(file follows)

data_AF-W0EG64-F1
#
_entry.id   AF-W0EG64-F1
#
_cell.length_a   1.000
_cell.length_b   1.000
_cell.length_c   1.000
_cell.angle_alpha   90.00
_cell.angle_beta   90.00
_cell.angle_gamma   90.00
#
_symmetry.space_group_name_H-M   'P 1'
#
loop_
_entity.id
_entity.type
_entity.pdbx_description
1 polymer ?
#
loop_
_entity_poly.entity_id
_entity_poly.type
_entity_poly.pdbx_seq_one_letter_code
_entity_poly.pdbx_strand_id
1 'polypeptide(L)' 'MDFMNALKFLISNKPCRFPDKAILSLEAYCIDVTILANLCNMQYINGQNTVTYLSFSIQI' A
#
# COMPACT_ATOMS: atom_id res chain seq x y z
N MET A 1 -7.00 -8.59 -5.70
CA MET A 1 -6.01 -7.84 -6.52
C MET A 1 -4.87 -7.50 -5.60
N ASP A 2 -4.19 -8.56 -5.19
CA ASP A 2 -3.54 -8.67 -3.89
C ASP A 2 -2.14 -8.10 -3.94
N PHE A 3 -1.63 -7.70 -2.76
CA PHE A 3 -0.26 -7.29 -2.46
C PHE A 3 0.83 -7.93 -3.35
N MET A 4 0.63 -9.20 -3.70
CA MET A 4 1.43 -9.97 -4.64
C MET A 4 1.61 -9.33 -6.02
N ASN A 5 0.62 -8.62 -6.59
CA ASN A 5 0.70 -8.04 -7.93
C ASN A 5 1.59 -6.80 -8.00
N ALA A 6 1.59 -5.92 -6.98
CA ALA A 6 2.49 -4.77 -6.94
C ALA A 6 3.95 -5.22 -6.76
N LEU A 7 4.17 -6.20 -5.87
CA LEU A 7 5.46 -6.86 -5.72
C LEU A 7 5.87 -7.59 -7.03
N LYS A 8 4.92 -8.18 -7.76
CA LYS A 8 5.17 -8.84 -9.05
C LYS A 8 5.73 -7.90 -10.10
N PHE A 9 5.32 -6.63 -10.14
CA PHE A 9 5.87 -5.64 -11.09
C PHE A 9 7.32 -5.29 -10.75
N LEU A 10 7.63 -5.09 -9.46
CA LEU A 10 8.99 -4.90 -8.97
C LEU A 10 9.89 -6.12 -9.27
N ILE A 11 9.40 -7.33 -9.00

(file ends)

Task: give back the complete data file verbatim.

data_AF-W0EG64-F1
#
_entry.id   AF-W0EG64-F1
#
_cell.length_a   1.000
_cell.length_b   1.000
_cell.length_c   1.000
_cell.angle_alpha   90.00
_cell.angle_beta   90.00
_cell.angle_gamma   90.00
#
_symmetry.space_group_name_H-M   'P 1'
#
loop_
_entity.id
_entity.type
_entity.pdbx_description
1 polymer ?
#
loop_
_entity_poly.entity_id
_entity_poly.type
_entity_poly.pdbx_seq_one_letter_code
_entity_poly.pdbx_strand_id
1 'polypeptide(L)' 'MDFMNALKFLISNKPCRFPDKAILSLEAYCIDVTILANLCNMQYINGQNTVTYLSFSIQI' A
#
# COMPACT_ATOMS: atom_id res chain seq x y z
N MET A 1 -7.00 -8.59 -5.70
CA MET A 1 -6.01 -7.84 -6.52
C MET A 1 -4.87 -7.50 -5.60
N ASP A 2 -4.19 -8.56 -5.19
CA ASP A 2 -3.54 -8.67 -3.89
C ASP A 2 -2.14 -8.10 -3.94
N PHE A 3 -1.63 -7.70 -2.76
CA PHE A 3 -0.26 -7.29 -2.46
C PHE A 3 0.83 -7.93 -3.35
N MET A 4 0.63 -9.20 -3.70
CA MET A 4 1.43 -9.97 -4.64
C MET A 4 1.61 -9.33 -6.02
N ASN A 5 0.62 -8.62 -6.59
CA ASN A 5 0.70 -8.04 -7.93
C ASN A 5 1.59 -6.80 -8.00
N ALA A 6 1.59 -5.92 -6.98
CA ALA A 6 2.49 -4.77 -6.94
C ALA A 6 3.95 -5.22 -6.76
N LEU A 7 4.17 -6.20 -5.87
CA LEU A 7 5.46 -6.86 -5.72
C LEU A 7 5.87 -7.59 -7.03
N LYS A 8 4.92 -8.18 -7.76
CA LYS A 8 5.17 -8.84 -9.05
C LYS A 8 5.73 -7.90 -10.10
N PHE A 9 5.32 -6.63 -10.14
CA PHE A 9 5.87 -5.64 -11.09
C PHE A 9 7.32 -5.29 -10.75
N LEU A 10 7.63 -5.09 -9.46
CA LEU A 10 8.99 -4.90 -8.97
C LEU A 10 9.89 -6.12 -9.27
N ILE A 11 9.40 -7.33 -9.00